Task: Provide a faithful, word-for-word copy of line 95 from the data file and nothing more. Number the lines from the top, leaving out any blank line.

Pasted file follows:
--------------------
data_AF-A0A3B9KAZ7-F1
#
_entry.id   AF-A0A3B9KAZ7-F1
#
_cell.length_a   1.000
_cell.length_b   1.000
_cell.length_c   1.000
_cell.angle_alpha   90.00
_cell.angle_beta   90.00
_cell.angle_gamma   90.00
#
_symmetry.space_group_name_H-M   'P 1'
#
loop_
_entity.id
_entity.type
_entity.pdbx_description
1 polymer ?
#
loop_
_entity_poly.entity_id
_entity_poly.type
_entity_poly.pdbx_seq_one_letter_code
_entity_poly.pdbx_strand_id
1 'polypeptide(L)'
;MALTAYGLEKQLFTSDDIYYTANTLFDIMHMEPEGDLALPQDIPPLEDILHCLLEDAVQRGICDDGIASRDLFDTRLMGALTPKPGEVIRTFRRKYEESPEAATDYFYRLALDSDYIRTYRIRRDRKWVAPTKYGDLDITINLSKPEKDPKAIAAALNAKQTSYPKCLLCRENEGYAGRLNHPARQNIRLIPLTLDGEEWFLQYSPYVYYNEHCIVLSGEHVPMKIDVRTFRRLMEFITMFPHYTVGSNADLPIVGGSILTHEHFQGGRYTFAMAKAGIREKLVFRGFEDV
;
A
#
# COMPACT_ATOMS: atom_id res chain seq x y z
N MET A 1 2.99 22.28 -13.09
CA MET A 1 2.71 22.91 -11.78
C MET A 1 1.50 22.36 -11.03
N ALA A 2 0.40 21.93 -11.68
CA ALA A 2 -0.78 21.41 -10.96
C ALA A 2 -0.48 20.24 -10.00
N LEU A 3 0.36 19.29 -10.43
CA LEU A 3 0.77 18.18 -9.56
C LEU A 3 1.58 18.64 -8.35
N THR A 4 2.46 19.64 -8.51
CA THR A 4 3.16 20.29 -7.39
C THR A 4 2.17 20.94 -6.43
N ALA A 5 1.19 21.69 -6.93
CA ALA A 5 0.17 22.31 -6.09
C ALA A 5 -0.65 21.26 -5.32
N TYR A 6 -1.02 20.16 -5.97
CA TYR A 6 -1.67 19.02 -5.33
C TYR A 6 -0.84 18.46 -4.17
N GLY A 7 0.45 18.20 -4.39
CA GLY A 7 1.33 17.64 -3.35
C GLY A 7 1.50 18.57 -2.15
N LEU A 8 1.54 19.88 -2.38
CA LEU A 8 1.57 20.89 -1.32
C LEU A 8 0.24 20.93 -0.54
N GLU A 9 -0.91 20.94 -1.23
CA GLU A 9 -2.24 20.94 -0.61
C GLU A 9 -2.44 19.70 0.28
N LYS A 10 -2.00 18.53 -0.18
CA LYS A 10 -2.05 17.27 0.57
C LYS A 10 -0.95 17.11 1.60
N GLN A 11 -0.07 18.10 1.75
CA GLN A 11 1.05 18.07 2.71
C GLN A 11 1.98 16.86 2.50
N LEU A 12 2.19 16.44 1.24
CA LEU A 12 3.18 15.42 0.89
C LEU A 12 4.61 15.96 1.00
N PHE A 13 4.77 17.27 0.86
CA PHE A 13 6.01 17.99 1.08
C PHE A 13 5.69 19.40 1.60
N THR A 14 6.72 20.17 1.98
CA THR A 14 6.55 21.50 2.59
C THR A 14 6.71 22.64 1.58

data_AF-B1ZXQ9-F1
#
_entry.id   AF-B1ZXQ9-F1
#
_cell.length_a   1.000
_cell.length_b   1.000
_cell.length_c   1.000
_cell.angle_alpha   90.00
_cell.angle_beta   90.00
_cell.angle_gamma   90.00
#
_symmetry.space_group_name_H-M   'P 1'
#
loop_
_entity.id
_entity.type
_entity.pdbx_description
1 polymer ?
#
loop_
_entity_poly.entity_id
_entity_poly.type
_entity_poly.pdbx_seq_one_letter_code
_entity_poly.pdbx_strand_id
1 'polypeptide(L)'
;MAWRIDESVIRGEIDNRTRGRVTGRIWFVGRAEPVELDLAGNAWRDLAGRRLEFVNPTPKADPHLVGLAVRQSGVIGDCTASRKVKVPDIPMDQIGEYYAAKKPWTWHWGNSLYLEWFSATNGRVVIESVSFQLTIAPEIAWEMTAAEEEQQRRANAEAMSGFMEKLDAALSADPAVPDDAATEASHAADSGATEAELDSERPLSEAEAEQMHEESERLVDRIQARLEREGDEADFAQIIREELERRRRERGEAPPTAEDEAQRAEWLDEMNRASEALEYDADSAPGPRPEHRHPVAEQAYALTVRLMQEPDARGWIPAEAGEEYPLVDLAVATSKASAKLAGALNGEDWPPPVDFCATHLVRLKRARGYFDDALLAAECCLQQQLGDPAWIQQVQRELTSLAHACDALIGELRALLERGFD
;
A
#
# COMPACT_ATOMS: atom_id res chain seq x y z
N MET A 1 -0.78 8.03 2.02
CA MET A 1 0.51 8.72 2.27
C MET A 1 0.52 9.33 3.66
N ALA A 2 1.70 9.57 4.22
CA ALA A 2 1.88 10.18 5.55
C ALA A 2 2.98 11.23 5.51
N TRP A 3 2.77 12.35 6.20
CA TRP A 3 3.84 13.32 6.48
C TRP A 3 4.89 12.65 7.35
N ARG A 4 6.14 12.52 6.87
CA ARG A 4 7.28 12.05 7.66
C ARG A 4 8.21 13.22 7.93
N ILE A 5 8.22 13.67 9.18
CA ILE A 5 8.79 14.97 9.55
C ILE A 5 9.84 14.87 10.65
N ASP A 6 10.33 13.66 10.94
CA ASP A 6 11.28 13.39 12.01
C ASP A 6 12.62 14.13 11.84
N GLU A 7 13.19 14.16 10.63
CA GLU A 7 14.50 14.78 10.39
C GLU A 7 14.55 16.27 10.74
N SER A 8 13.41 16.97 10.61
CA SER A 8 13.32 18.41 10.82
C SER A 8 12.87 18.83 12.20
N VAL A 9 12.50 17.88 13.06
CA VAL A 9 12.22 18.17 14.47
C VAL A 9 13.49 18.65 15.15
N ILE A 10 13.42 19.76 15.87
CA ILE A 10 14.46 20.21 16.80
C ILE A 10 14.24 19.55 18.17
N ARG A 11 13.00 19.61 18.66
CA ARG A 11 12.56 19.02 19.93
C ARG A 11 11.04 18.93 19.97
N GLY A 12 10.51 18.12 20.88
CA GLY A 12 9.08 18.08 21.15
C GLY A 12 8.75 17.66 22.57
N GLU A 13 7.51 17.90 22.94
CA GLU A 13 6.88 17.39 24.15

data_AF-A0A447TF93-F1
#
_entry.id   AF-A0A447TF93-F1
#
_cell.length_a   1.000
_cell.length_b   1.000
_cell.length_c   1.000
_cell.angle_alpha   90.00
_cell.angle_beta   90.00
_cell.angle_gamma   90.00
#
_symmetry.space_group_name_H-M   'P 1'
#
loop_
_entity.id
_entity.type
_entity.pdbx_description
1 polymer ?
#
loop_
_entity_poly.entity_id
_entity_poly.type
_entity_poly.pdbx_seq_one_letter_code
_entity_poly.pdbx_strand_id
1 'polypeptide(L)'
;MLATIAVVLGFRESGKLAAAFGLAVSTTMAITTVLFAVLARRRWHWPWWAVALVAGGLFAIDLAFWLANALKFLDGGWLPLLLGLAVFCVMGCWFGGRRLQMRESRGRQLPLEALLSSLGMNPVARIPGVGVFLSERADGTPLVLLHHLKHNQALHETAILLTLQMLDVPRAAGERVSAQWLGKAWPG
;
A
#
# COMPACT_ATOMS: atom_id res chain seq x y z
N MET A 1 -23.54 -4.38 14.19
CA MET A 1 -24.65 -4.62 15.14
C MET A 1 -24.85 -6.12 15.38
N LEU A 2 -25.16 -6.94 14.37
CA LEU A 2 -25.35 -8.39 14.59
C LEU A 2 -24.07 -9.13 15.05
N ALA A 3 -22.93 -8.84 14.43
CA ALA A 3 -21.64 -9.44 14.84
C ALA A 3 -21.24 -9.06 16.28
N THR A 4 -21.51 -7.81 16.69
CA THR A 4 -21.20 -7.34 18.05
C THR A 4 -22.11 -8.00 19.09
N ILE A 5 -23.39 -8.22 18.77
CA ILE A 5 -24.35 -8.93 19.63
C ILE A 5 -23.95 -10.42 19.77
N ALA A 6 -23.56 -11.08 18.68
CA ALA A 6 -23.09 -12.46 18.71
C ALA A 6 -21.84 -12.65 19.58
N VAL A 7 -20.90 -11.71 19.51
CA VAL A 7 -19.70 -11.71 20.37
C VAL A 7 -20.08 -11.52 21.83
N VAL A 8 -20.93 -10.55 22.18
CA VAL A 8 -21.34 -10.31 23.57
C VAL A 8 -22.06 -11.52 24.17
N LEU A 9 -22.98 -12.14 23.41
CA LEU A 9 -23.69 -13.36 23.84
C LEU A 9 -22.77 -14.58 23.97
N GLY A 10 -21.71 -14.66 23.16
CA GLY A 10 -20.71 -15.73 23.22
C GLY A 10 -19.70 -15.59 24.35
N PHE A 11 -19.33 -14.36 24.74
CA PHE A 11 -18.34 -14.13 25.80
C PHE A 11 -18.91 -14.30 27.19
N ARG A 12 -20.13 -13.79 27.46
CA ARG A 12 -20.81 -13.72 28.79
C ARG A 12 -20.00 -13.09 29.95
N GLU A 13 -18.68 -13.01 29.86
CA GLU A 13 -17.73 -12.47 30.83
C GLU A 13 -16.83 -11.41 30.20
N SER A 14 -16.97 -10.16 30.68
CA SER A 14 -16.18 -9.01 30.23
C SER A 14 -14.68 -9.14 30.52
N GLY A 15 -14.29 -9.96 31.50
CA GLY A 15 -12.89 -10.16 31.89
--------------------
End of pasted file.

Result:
_entity_poly.pdbx_seq_one_letter_code